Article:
1. Vaginal cancer may present with an abnormal Pap smear or with vaginal bleeding.
2. Biopsy of suspicious vaginal lesions is critical to diagnosis of this disease.
Vaginal cancer is often identified at the time of screening for cervical cancer. Although there is ample literature addressing optimal strategies to screen for cervical cancer, the rarity of vaginal cancer makes it difficult to assess any screening strategy. It is generally accepted that women who have had a hysterectomy for benign disease do not need continued vaginal cytologic screening if there is no evidence of HPV-related cervical lesions on pathology. There is also agreement that it is likely safe for older women to discontinue screening if there is a history of negative cytology and an absence of risk factors. Women who have been treated for cervical cancer should continue to undergo routine surveillance with vaginal cytologic testing. It is also reasonable to continue to screen women who have undergone a hysterectomy and who have a history of cervical dysplasia.11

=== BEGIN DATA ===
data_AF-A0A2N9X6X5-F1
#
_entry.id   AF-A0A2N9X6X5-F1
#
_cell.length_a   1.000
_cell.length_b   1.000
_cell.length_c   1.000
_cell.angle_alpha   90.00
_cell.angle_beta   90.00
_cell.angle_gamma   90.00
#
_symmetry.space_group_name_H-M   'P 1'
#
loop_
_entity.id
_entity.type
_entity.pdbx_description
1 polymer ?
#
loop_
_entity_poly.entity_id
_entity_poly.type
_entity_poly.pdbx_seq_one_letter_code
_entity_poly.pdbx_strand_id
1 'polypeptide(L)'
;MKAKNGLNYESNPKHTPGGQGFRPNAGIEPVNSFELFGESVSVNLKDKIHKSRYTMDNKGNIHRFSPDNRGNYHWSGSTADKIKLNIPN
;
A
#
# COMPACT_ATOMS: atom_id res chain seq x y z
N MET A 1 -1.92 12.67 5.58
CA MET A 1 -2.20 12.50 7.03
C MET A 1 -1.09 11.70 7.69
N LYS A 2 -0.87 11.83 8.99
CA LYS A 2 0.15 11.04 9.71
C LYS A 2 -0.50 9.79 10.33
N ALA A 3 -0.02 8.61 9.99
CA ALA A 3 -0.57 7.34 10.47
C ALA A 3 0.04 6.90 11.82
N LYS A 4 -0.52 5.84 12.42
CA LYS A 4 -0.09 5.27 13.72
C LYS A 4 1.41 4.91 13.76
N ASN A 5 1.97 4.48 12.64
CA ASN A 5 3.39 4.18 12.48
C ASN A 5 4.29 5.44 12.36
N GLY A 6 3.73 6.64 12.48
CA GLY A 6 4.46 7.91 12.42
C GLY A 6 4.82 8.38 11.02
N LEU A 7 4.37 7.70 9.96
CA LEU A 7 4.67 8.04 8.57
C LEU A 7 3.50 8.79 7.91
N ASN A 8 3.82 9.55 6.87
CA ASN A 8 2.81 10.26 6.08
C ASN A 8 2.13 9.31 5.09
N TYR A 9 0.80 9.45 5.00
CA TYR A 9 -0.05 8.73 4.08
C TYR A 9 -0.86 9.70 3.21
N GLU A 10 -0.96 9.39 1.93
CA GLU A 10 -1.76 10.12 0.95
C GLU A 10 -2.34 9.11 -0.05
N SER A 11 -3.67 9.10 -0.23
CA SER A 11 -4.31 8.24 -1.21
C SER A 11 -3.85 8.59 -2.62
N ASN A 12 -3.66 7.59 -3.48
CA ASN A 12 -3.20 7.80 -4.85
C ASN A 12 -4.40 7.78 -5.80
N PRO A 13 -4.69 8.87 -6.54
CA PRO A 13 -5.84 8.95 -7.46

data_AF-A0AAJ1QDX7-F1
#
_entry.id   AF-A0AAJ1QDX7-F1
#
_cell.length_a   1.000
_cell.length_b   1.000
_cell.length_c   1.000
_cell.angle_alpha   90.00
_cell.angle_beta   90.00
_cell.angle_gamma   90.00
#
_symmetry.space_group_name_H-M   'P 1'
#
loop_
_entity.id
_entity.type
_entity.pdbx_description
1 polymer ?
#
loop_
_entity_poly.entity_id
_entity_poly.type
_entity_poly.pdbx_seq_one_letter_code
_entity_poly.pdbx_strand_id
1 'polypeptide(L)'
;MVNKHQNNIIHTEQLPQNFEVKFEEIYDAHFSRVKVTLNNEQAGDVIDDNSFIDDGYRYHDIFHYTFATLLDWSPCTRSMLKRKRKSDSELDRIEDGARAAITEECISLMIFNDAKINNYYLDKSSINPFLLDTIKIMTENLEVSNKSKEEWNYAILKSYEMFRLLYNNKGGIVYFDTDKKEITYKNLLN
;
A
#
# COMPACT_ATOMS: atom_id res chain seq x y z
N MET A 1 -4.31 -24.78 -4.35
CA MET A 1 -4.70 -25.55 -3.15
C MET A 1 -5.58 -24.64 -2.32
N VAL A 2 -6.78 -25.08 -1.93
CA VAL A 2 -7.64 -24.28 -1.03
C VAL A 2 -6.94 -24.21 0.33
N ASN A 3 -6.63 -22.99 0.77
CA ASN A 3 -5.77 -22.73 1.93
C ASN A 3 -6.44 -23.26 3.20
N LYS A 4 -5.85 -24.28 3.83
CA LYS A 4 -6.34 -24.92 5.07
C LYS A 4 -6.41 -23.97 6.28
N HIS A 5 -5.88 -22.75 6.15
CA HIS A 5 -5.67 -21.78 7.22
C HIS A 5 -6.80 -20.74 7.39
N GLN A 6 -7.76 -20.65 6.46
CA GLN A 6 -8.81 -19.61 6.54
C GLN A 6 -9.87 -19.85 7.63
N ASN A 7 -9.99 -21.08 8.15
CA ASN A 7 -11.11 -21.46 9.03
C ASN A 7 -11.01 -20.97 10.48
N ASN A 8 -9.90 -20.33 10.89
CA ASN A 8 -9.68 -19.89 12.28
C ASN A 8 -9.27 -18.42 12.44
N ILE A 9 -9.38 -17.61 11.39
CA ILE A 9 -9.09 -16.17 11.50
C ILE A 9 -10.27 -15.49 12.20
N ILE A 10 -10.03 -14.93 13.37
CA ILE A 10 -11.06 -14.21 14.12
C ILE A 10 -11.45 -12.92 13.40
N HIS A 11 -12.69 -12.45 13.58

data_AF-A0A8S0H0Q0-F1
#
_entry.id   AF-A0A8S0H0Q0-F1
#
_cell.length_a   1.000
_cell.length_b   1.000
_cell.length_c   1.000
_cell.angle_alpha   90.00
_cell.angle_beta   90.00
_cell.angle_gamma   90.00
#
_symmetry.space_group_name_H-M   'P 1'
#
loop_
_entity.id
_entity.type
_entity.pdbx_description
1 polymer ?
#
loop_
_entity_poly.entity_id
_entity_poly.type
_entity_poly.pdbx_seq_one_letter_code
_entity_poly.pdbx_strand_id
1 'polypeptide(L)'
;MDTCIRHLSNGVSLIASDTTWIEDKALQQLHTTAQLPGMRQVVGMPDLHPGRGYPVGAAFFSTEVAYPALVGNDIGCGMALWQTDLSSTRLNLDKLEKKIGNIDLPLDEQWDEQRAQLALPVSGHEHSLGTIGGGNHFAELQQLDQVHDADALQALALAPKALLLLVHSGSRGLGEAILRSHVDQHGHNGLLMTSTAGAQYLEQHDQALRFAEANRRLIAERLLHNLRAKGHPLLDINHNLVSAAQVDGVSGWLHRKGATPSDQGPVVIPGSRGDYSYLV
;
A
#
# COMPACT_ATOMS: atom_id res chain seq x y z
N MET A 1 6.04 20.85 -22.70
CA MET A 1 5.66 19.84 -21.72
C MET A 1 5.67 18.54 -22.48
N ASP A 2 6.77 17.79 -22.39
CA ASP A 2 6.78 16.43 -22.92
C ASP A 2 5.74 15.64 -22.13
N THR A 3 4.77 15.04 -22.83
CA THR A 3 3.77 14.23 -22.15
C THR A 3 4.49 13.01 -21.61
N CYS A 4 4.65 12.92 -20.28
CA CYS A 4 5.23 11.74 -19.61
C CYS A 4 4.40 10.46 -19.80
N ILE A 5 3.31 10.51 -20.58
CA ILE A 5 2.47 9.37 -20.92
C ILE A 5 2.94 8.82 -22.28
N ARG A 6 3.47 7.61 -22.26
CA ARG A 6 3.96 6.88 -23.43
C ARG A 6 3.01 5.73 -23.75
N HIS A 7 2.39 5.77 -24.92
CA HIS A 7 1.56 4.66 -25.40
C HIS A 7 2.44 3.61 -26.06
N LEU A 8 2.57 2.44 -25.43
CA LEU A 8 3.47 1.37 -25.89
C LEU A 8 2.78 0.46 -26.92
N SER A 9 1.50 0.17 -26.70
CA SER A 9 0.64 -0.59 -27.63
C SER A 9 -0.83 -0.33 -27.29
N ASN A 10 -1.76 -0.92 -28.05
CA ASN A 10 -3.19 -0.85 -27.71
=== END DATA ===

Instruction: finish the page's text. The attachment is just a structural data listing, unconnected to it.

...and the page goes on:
The most common presenting symptom of vaginal cancer is abnormal vaginal bleeding. Other presenting symptoms include abnormal discharge and pelvic pain or dysuria, although these often present later in the disease course secondary to tumor spread outside of the vagina. A careful vaginal examination is required in these patients, as a small lesion can be difficult to visualize in the folds of the vagina or can be covered by blades of the speculum. The differential diagnosis for vaginal lesions is broad (Table 10-1), and biopsy should never be delayed when a suspicious lesion is encountered.
Table 10-1 Differential Diagnosis for Vaginal Lesions
The most common symptom at diagnosis of a vaginal melanoma is vaginal bleeding,12,13 but up to one-third of these lesions present as a mass at the time of routine pelvic examination.13 The majority of vaginal melanomas are pigmented or ulcerated at diagnosis, but up to one-fourth have been reported as grossly amelanotic.12,13 The most common location for vaginal melanoma is the lower anterior vaginal wall.